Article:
A while ago I was paging through some book (that I cannot find anymore…) and my eye fell on the famous “Rökstenen”, the runestone named after the place where it stands: Rök. On top of the background and on the top of this stone are some very interesting bindrunes. I have seen similar symbols on a variety of places. Would this be coincidental or is there some kind of connection between the different findings? Or whatever their connection, could they possibly tell something about eachother?
Since the Röke runestone is rather famous, there is quite some information about it on the internet, most of which is in Scandinavian languages. The English Wikipedia has a nice text about the stone. It has the texts, transliterations, a possible translation and interpretations. This Wikipedia article concentrates on the parts that come closest to ‘normal texts’ though. More specific information can be found here. It gives you an idea of how such a complex runestone is structured and how people try to interpret what they see. The last website I want to refer to seems to be a Korean one. I cannot read it, but the many images, highlights, etc. sure give a very good idea of the stone. This last website is also the only one that speaks about the more ‘mysterious’ parts of the Rökstenen. Strange symbols that are not runes, but form a numerical system (not unlike the one used in the rune calendars that I describe in another article) in which a number refers to a rune and then a text appears. Also for the cross-figures that my article is about are deciphered in this way. One cross-figure stands for four numerical symbols and then goes to letters (see the Korean article to find out what I mean). Interesting! For some reason the runemaster of the Rökstenen wanted to give ‘plain texts’ and riddles.
Speaking of riddles, the “Icelandic grimoire” the “Galdrabok” also has these symbols accompanying spell 45 “Another way to uncover a thief”. The text does not explain the symbol, it just says that the magician has to carve “the following three staves” and adds some instructions what to do with them. You can see if the ‘Korean system’ is helpfull enough to make something of it that uncovers thieves!
“Huismerken” (“housemarks”) are a rather common phenomenon in the area where I live. Since they are very ‘rune-like’, many people go for the simple connection between them and runes. It is questionable if this connection is really there, but maybe some tradition of bind-runes survived in folklore and was then given through to the housemarks. The subject is very interesting, but not the subject of this article. Some words have to be spend to them though.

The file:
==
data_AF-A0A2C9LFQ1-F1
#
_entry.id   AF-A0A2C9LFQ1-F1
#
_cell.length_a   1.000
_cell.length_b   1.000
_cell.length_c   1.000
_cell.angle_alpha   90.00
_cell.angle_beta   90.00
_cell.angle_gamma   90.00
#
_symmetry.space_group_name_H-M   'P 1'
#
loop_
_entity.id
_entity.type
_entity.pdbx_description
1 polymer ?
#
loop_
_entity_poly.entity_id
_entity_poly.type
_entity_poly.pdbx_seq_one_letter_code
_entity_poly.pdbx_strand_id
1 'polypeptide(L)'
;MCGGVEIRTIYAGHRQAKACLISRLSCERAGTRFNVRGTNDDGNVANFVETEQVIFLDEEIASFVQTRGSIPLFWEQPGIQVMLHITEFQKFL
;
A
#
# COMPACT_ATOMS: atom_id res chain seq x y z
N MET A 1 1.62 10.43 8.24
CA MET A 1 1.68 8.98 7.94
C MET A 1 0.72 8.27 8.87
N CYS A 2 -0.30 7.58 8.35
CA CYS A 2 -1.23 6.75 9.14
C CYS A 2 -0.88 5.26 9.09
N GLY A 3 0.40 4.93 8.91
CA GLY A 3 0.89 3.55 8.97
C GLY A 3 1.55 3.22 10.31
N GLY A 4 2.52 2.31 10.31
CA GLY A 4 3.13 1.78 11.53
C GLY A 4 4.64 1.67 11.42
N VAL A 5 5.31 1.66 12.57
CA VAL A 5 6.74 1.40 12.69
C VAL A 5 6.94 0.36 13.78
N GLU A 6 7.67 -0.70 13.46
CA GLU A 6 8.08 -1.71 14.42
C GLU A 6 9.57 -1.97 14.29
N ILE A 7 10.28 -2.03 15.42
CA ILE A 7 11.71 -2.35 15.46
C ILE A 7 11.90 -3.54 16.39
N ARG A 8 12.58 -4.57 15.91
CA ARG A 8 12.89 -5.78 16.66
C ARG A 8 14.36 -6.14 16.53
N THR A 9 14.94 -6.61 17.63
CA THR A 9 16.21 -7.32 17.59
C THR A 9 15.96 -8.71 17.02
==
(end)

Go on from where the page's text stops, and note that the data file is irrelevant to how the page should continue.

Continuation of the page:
In many churches symbols can be found carved in stones that were used to build the church and statues that were used to decorate them. The symbols are called “master signs” and form some kind of autograph of the stonemason that cut the stone or statue. On the other hand, also in many churches, you can find plates or gravestones with quite similar symbols. These however are not master signs, but housemarks, or family signs. Such housemarks come in a great variety of forms, often with ancient, traditional symbols which meanings have been long forgotten. The tradition of housemarks is an interesting, and a difficult one. We know that in many cases, the oldest son got the family sign, the next some got the same sign with a slight alteration (an extra stripe somewhere), girls got their stripes on the other side (left if I am not mistaken), etc. The symbols changed in the course of time, but the family symbols or course had to remain somewhere in a direct line of eldest sons. In most families the symbols are now lost. Some people will try to find them back in old governental papers (ownership papers for example), marriage certificates, etc., because the symbols were often used as ‘autograph’ or noted as family sign. Funny that one of such tradition seems to have come with the kind that is the subject of this short writing.
Not long ago I was reading the little book Allmuter of Herman Wirth and while paging through the images-pages in the end, my eye was immediately caught by the symbol that you see on the right. There is no explanation whatsoever. Wirth only says that it is a “bind sign” carved in bone, found in Altamira, the famous Spanish cave with a lot of carvings. Wirth gives two other images from the same cave, which are both bulls. The text of the book has so vague references to the images that I cannot find if Wirth says anything about these images, so the only thing left is the vague suggestion that the symbol might have something to do with bulls (the rune (if it is one) is not a “fehu” though). Too bad!
No conclusion, just suggestions
I am not going to pose a conclusion or tell that the different, but similar symbols that I have shown you are related. The suggestion goes that around 800 CE runemaster made bindrunes for whatever purpose (cipher?), later they were used in magical spells and who know the tradition was remembered when people started to use symbols for their families? But what does the same symbol do among 20.000 years old wall carvings in Spain?